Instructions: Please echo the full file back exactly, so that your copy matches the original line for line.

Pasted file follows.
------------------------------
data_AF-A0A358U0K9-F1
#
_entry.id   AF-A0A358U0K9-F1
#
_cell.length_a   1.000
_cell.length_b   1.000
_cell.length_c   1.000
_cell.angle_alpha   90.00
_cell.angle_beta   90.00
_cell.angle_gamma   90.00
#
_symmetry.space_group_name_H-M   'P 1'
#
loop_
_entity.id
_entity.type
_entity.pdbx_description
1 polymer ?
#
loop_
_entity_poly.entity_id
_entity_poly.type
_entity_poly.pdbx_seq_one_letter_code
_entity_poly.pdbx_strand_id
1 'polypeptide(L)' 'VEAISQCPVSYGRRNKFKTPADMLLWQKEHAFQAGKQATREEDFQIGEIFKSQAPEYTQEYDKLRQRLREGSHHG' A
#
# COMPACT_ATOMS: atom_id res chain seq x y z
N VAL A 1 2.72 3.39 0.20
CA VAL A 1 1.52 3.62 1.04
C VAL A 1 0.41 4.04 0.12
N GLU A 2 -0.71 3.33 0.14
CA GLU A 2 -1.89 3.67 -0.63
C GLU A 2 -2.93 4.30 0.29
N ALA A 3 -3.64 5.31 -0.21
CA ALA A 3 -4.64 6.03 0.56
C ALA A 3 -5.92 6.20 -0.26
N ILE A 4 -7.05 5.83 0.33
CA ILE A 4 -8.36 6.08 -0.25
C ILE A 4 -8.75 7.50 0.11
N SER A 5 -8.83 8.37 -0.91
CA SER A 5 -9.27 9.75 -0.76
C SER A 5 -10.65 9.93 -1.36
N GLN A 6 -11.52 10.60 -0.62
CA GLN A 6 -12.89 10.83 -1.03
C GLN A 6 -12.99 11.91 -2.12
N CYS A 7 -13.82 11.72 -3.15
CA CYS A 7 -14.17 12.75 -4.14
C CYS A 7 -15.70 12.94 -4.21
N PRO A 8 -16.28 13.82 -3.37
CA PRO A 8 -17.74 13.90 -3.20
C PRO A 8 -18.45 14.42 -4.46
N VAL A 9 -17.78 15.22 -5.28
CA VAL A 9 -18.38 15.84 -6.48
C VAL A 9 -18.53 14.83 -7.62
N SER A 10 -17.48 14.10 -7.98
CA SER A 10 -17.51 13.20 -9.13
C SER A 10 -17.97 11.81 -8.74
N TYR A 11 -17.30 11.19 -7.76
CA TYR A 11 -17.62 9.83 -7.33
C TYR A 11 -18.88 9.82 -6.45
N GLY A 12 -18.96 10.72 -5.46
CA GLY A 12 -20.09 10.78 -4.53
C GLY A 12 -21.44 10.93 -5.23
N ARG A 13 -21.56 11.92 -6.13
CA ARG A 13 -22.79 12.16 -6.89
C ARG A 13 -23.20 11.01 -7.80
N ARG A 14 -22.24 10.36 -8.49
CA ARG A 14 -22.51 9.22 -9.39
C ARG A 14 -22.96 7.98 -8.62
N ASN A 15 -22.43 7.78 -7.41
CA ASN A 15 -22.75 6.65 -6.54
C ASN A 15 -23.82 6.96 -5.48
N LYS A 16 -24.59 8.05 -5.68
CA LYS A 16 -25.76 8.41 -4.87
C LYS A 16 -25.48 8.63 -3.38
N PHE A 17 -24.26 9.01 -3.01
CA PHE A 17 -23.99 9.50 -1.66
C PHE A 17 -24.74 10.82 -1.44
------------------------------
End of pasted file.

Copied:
data_AF-A0A358U0K9-F1
#
_entry.id   AF-A0A358U0K9-F1
#
_cell.length_a   1.000
_cell.length_b   1.000
_cell.length_c   1.000
_cell.angle_alpha   90.00
_cell.angle_beta   90.00
_cell.angle_gamma   90.00
#
_symmetry.space_group_name_H-M   'P 1'
#
loop_
_entity.id
_entity.type
_entity.pdbx_description
1 polymer ?
#
loop_
_entity_poly.entity_id
_entity_poly.type
_entity_poly.pdbx_seq_one_letter_code
_entity_poly.pdbx_strand_id
1 'polypeptide(L)' 'VEAISQCPVSYGRRNKFKTPADMLLWQKEHAFQAGKQATREEDFQIGEIFKSQAPEYTQEYDKLRQRLREGSHHG' A
#
# COMPACT_ATOMS: atom_id res chain seq x y z
N VAL A 1 2.72 3.39 0.20
CA VAL A 1 1.52 3.62 1.04
C VAL A 1 0.41 4.04 0.12
N GLU A 2 -0.71 3.33 0.14
CA GLU A 2 -1.89 3.67 -0.63
C GLU A 2 -2.93 4.30 0.29
N ALA A 3 -3.64 5.31 -0.21
CA ALA A 3 -4.64 6.03 0.56
C ALA A 3 -5.92 6.20 -0.26
N ILE A 4 -7.05 5.83 0.33
CA ILE A 4 -8.36 6.08 -0.25
C ILE A 4 -8.75 7.50 0.11
N SER A 5 -8.83 8.37 -0.91
CA SER A 5 -9.27 9.75 -0.76
C SER A 5 -10.65 9.93 -1.36
N GLN A 6 -11.52 10.60 -0.62
CA GLN A 6 -12.89 10.83 -1.03
C GLN A 6 -12.99 11.91 -2.12
N CYS A 7 -13.82 11.72 -3.15
CA CYS A 7 -14.17 12.75 -4.14
C CYS A 7 -15.70 12.94 -4.21
N PRO A 8 -16.28 13.82 -3.37
CA PRO A 8 -17.74 13.90 -3.20
C PRO A 8 -18.45 14.42 -4.46
N VAL A 9 -17.78 15.22 -5.28
CA VAL A 9 -18.38 15.84 -6.48
C VAL A 9 -18.53 14.83 -7.62
N SER A 10 -17.48 14.10 -7.98
CA SER A 10 -17.51 13.20 -9.13
C SER A 10 -17.97 11.81 -8.74
N TYR A 11 -17.30 11.19 -7.76
CA TYR A 11 -17.62 9.83 -7.33
C TYR A 11 -18.88 9.82 -6.45
N GLY A 12 -18.96 10.72 -5.46
CA GLY A 12 -20.09 10.78 -4.53
C GLY A 12 -21.44 10.93 -5.23
N ARG A 13 -21.56 11.92 -6.13
CA ARG A 13 -22.79 12.16 -6.89
C ARG A 13 -23.20 11.01 -7.80
N ARG A 14 -22.24 10.36 -8.49
CA ARG A 14 -22.51 9.22 -9.39
C ARG A 14 -22.96 7.98 -8.62
N ASN A 15 -22.43 7.78 -7.41
CA ASN A 15 -22.75 6.65 -6.54
C ASN A 15 -23.82 6.96 -5.48
N LYS A 16 -24.59 8.05 -5.68
CA LYS A 16 -25.76 8.41 -4.87
C LYS A 16 -25.48 8.63 -3.38
N PHE A 17 -24.26 9.01 -3.01
CA PHE A 17 -23.99 9.50 -1.66
C PHE A 17 -24.74 10.82 -1.44